How?

Lately I have been participating in many different sports with my kids.  Ok, PARTICIPATING might be exaggerating – but I have been present at these events.  Soccer practices, swim meets, badminton tournaments and others.  In all of them one common theme they have is “doing drills”.

Now, I am not a fan on “drilling” on our horses or doing things so many times in a row that it is useless – however, I think there are a few things we can take away from the idea of “doing drills”  or constant repetition of a skill until it becomes ingrained in your body so your mind doesn’t have to think about it.

I am specifically thinking of exercises and combinations that we see in tests so we can apply the “doing drills” to our performance in the show ring.

1. Repeat the exercise 3-4 times until you find you have the flow of it.  After that, change it slightly (more for your horse) and repeat.  For Halt at X for example… trot down centre line, halt at x, trot away – alternate turning left or right.  After a few tries, turn down centre line from C rather than A.  Amazing how this can change your perspective.  You have now doubled your number of practice drills!

2. Take an exercise and ride it 3-4 times.  Take a break from it and do something else, then go back and repeat it the same way 3-4 times before finishing your ride.  Sometimes when a horse is learning flying changes, I use this concept and do it 3 times.  A few changes in the warm-up, go and do trot work, then try a few more changes, then go and do something else and a few changes at the end.  Rather than a lot of changes at once which can make the horse who is learning too hot.   This can be applied for test training as well.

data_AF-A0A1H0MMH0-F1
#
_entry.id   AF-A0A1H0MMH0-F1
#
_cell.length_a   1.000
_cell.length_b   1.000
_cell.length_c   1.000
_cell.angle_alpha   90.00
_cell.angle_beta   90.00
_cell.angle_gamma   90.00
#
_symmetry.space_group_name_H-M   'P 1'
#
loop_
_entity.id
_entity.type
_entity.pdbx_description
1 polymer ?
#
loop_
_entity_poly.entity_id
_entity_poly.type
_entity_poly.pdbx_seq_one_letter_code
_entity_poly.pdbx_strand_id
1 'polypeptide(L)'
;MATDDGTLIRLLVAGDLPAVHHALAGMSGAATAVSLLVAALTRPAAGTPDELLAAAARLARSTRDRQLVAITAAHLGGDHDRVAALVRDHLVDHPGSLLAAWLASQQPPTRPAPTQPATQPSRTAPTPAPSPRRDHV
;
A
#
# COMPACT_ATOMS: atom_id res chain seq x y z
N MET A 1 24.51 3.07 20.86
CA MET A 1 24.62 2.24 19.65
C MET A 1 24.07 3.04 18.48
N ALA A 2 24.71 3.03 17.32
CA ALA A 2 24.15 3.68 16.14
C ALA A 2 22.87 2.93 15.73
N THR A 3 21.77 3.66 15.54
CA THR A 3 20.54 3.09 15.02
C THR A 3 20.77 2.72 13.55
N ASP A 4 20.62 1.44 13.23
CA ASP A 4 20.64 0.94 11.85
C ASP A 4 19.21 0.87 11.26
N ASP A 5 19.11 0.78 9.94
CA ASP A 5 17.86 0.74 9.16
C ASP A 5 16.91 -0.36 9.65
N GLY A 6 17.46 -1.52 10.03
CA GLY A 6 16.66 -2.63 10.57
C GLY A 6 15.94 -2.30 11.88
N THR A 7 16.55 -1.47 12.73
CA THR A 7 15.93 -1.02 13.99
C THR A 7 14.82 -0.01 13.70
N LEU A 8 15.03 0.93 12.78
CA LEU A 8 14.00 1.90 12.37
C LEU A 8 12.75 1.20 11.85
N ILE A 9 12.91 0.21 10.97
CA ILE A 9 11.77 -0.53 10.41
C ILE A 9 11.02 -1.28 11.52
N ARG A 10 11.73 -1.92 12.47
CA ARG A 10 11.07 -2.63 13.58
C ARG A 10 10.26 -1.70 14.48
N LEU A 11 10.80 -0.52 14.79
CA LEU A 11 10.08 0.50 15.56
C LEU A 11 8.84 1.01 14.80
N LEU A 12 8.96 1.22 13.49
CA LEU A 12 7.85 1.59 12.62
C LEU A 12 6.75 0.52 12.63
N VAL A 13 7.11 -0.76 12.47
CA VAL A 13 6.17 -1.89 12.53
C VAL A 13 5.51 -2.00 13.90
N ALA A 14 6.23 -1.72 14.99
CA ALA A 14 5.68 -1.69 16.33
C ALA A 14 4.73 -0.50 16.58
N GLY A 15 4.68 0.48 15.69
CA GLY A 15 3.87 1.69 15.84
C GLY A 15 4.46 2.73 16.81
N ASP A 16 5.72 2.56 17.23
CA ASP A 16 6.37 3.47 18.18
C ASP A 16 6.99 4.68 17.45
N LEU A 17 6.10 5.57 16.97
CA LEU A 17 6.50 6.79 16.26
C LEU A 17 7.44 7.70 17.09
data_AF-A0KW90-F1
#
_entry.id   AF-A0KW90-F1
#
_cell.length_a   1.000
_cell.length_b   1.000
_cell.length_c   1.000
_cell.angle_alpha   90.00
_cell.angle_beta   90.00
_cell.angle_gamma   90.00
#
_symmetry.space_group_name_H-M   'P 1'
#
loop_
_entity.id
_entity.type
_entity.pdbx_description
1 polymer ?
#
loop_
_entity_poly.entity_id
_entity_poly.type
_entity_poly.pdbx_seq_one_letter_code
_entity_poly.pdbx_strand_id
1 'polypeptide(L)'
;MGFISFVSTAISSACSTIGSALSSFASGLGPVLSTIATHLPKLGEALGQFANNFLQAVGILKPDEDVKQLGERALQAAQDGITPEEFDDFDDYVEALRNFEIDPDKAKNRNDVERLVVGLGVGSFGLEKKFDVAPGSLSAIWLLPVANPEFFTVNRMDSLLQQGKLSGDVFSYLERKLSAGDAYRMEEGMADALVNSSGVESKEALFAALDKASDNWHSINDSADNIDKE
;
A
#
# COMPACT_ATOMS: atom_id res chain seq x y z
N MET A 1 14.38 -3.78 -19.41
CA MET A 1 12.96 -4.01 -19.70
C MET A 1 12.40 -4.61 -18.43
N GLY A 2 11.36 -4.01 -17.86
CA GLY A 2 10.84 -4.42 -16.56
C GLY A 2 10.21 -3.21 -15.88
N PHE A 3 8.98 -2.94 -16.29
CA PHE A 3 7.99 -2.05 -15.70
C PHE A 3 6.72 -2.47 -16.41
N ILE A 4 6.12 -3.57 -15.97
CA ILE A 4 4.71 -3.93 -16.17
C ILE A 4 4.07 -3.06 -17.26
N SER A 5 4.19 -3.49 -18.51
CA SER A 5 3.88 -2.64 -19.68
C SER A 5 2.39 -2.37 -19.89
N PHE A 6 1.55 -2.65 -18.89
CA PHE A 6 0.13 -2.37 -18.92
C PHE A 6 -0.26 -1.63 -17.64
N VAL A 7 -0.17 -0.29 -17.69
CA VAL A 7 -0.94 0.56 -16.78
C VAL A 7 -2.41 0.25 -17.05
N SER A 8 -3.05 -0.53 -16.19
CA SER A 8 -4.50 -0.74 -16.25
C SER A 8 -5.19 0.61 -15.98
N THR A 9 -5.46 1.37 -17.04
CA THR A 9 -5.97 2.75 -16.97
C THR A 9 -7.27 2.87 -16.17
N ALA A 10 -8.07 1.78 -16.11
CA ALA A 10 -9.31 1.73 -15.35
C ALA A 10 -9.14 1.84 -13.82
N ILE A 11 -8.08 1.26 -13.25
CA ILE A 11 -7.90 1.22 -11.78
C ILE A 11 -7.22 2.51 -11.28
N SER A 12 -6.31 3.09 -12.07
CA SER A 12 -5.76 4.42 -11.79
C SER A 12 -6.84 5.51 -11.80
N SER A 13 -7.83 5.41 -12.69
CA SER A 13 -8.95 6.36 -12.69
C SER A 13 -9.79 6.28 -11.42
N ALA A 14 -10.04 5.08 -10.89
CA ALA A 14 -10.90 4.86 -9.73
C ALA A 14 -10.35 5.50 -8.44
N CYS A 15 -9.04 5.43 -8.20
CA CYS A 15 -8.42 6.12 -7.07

3. Put #1 and #2 together in your ride and now you have quadrupled the times you have schooled one movement.  Your halts at X should be pretty spectacular after a week of mixing it up like this and getting so much practice!

4. Repeat the exercise on different horses.  Trade with your friends when you are riding together.  I encourage my students and friends to trade horses, I am happy to trade too.  Of course choose horses that can do the exercise you want to practice and ones that you might like to ride!

5. Repeat in your head for your mental training.

6. Watch videos of a good example of your exercise over and over.  Either of yourself riding the movement well, or someone you can emulate.  There is a lot of good – and not so good – videos online.  Find something and use it to train your brain.  All the sport psychologists say your body doesn’t know the difference.

7. A version of #6 is to find books with good pictures of the movements.  I love Stephen Clarke’s book Dressage Dreams 10 and Reiner Klimke’s book  for this.  I just like seeing the pictures of the best movements in the world.  Nice images to have in your head while riding the movements.

Alison